It's the one day a year when mermaids walk on two feet, making their way down Surf Avenue in Brooklyn. 

Others choose to glide on floats, while some dance along the way. 

All of them are decked out in costumes too good to be concealed under the sea. 

"It was great," said one paradegoer. "We're just spectators. My mom came in from Chicago. We've been planning to do this for years."

The Mermaid Parade marked its 37th year on Saturday. Ut started as an effort to draw attention to the Coney Island art scene, and is now the largest art parade in the nation.

"People can be themselves," said one paradegoer. "It doesn't matter if you're young or old or skinny or fat or straight or gay. You can just be you."

The large parade consisted of 30 antique cars, 20 motorized floats and more than a dozen large, loud marching bands, as well as 3,000 of the city's artists putting their creativity to the test, and some of the most unique nautical-themed costumes anywhere. The hundreds of thousands spectators also dressed to impress.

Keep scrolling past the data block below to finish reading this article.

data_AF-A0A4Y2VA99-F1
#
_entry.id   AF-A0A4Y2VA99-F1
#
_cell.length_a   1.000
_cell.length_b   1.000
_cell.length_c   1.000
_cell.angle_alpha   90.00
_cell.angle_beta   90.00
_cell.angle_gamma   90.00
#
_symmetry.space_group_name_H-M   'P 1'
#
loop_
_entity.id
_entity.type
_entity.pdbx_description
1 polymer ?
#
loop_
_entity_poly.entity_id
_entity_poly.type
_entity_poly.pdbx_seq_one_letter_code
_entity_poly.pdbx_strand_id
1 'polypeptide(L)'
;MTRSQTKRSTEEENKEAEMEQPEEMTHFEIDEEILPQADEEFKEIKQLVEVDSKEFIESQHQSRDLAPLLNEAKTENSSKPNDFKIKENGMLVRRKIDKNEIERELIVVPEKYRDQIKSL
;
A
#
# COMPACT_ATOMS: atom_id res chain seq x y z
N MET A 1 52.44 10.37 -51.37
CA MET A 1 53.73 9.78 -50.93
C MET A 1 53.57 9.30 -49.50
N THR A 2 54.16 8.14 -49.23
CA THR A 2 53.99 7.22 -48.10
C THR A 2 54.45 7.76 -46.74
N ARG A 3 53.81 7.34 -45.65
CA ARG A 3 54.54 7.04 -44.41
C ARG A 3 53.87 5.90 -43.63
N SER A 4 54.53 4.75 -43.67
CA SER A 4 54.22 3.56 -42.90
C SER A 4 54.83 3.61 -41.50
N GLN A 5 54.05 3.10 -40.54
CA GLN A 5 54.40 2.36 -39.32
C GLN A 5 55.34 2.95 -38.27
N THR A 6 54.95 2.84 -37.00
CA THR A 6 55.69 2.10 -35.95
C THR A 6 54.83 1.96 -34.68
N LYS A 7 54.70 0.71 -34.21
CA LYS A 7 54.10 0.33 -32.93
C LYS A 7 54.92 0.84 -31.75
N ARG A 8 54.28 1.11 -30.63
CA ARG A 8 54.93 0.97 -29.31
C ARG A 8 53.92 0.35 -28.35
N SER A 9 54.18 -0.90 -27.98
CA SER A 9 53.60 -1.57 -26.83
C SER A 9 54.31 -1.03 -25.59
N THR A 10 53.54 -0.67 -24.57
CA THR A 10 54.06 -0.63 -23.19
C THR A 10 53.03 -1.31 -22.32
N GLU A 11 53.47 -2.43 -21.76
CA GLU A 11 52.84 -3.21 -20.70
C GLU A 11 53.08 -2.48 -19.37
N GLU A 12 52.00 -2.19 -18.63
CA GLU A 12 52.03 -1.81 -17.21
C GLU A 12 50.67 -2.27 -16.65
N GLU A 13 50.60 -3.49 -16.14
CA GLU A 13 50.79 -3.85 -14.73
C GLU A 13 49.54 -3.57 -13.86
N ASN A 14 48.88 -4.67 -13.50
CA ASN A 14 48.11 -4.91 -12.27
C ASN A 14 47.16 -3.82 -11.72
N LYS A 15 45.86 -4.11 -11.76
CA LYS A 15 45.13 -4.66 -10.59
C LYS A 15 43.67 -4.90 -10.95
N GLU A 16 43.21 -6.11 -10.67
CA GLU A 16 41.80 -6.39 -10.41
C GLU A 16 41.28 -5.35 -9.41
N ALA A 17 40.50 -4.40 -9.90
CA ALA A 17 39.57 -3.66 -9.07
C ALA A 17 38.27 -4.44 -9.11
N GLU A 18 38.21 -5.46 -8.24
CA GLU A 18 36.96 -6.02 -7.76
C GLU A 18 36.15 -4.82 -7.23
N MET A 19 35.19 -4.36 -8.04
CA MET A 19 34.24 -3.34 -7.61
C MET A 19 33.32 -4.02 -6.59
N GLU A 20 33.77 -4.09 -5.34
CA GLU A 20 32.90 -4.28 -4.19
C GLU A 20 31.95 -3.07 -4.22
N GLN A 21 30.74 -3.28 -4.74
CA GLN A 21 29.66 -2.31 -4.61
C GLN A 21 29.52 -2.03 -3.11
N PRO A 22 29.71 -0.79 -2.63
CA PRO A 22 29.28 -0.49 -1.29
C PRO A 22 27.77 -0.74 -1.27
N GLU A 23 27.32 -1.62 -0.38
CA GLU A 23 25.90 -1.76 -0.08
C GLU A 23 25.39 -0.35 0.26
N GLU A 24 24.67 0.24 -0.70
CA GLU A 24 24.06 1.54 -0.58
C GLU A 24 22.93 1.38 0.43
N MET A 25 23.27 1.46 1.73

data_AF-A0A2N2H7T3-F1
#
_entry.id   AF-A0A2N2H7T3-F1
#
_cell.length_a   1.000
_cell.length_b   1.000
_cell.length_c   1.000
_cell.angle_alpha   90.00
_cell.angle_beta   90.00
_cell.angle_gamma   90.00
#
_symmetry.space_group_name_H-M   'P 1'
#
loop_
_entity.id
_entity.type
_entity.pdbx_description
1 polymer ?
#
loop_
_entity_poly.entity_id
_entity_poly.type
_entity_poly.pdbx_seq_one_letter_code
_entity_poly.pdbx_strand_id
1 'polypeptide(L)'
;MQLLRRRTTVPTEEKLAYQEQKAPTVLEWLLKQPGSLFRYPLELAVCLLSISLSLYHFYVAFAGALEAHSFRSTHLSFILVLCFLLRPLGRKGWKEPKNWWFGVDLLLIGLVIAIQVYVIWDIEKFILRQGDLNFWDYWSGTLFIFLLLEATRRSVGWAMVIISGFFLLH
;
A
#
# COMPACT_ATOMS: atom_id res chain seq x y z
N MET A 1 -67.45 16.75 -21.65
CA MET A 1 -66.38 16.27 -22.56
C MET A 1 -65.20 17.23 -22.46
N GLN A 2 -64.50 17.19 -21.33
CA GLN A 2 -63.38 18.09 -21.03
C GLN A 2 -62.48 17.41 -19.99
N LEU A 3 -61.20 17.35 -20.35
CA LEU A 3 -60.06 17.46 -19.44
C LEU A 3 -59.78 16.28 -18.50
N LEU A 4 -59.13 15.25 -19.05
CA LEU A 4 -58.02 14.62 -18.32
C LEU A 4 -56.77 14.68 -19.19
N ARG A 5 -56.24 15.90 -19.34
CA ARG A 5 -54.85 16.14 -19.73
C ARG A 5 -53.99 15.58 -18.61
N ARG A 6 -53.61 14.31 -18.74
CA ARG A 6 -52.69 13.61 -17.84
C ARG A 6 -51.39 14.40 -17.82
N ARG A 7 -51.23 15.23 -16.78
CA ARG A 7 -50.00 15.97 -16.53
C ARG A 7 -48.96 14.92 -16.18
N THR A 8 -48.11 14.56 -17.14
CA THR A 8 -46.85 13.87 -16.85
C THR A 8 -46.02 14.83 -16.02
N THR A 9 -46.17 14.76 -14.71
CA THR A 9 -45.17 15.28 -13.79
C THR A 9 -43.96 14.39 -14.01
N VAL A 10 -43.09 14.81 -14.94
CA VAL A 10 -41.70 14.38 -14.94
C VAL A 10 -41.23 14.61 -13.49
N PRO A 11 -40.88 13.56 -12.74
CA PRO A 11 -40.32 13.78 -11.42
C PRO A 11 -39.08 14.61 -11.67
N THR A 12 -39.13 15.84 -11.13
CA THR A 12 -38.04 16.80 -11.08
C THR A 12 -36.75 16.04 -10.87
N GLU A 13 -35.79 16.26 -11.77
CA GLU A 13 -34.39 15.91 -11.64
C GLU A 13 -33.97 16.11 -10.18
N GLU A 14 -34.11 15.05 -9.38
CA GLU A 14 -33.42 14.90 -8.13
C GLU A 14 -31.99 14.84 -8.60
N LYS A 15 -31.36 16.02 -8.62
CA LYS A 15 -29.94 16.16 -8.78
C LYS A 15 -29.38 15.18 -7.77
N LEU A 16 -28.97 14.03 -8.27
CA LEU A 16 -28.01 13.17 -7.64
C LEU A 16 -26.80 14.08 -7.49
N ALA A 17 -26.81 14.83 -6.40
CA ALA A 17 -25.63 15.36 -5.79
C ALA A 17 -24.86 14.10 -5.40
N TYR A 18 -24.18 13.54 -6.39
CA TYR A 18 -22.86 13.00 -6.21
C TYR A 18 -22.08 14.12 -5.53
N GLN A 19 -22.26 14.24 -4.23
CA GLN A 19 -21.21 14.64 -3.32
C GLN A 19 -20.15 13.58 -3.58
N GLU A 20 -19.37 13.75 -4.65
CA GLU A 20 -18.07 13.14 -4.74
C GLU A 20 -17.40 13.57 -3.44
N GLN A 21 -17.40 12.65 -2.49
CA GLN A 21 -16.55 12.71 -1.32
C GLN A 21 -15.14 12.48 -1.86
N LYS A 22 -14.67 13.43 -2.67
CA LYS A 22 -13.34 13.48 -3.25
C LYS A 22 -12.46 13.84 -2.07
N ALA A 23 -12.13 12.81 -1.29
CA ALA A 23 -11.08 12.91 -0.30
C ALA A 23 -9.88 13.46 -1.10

"I loved it. Can't wait," said one paradegoer. "We saw some great costumes. Going to do it again."

"I went on eBay and bought as many things as I thought would inspire me to look like a mermaid," said another.

Unlike most parades, this celebration has no ethnic or religious connection. But it does bring New Yorkers together for this summer tradition.